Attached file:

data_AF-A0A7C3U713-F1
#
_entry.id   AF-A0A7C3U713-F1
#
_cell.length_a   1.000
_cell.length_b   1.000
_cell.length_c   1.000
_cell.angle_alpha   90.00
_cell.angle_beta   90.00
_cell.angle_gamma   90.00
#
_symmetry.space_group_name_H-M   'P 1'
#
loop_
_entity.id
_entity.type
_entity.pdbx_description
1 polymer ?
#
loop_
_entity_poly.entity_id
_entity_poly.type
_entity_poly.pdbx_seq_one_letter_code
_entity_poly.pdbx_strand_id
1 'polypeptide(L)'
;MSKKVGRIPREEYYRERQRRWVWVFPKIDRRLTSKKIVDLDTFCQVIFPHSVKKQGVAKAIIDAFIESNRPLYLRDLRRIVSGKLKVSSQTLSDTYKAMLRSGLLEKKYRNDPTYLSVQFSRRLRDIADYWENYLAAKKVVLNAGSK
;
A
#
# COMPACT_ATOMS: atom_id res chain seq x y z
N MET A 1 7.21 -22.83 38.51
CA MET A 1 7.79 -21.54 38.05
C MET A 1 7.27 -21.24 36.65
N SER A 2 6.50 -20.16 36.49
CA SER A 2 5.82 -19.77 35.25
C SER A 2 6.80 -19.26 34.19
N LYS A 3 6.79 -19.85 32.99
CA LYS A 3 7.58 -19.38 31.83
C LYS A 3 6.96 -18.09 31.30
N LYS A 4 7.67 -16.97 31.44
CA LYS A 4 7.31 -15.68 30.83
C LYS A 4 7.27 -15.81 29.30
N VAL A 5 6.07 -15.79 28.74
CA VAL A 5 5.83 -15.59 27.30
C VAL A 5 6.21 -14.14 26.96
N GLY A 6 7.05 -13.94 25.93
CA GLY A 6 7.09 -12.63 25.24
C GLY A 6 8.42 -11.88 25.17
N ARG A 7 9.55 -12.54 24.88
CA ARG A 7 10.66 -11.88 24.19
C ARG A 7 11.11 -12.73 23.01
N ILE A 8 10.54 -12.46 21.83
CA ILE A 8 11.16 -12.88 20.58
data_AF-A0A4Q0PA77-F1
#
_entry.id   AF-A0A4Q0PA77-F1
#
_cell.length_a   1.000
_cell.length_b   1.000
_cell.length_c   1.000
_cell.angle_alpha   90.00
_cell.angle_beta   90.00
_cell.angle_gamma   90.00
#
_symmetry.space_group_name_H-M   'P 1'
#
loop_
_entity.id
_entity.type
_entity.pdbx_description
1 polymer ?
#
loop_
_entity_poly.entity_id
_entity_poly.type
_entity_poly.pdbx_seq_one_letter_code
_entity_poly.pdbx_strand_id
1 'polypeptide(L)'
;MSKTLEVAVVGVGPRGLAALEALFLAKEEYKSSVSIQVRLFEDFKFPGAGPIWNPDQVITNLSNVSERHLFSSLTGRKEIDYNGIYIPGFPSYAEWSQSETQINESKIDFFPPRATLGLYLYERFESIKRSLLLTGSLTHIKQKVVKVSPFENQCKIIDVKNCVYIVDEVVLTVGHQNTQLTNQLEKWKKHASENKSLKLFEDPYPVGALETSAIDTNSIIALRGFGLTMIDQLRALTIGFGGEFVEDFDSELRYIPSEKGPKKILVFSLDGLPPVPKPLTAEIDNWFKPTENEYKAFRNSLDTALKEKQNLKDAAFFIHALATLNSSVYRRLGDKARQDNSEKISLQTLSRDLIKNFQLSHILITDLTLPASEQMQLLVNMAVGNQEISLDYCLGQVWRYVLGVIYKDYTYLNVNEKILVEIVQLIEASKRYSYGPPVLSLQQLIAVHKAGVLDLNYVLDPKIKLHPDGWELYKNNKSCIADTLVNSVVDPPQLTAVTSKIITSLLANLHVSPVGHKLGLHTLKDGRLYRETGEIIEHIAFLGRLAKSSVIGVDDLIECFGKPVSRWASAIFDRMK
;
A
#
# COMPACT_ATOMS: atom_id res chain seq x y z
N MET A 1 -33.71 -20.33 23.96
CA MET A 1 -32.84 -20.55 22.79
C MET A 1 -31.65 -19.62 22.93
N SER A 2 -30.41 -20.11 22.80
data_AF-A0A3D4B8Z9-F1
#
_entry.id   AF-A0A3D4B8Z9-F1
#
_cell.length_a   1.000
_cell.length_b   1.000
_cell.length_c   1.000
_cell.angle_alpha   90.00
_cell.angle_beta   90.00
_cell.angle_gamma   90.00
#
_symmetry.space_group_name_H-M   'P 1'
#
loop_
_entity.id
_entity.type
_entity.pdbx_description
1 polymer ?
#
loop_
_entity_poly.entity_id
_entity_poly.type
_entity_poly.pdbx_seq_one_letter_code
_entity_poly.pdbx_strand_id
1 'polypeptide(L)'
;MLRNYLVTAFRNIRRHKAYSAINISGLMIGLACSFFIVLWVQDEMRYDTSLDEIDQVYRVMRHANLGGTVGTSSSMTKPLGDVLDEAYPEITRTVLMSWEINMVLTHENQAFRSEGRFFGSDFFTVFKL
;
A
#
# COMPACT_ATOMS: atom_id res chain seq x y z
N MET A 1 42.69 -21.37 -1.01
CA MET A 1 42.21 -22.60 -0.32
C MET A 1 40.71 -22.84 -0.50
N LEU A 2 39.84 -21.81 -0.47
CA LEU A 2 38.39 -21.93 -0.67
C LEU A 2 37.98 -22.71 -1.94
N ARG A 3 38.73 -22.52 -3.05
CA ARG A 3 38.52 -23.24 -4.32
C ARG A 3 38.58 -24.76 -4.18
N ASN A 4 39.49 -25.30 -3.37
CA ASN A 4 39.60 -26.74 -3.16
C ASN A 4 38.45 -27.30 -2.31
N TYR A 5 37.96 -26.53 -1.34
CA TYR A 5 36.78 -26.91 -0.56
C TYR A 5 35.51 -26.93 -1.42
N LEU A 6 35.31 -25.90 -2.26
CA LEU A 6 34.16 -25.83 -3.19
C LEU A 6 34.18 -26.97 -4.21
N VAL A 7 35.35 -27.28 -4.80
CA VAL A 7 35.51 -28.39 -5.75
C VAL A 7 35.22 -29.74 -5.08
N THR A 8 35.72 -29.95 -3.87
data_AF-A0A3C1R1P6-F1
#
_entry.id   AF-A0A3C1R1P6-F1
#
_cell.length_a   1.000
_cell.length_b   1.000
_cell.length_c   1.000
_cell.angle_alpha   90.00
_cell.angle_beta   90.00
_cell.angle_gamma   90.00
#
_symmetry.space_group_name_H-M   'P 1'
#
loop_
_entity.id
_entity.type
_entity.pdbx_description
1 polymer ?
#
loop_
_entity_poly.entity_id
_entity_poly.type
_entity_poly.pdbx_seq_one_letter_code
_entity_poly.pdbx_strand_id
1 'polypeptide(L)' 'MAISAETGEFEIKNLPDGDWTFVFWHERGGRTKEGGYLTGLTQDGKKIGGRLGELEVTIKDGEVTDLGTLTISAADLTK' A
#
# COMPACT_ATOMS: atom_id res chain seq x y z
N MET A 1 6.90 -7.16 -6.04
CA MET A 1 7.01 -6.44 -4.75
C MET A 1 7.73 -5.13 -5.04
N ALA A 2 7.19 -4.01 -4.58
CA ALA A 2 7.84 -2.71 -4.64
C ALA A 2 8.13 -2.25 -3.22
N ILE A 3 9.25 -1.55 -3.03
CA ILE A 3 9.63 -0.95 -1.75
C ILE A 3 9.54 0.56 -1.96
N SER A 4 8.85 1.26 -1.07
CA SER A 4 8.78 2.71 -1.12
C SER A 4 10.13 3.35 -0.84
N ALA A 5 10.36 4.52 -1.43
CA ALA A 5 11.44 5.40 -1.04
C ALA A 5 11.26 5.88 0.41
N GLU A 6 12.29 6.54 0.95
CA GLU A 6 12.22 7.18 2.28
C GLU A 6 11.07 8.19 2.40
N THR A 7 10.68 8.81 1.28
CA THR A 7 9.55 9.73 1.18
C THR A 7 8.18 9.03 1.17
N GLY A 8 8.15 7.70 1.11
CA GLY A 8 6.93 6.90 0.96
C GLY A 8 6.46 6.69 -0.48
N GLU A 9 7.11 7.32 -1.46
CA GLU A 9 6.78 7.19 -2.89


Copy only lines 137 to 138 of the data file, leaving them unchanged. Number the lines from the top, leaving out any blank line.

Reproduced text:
CA VAL A 7 35.51 -28.39 -5.75
C VAL A 7 35.22 -29.74 -5.08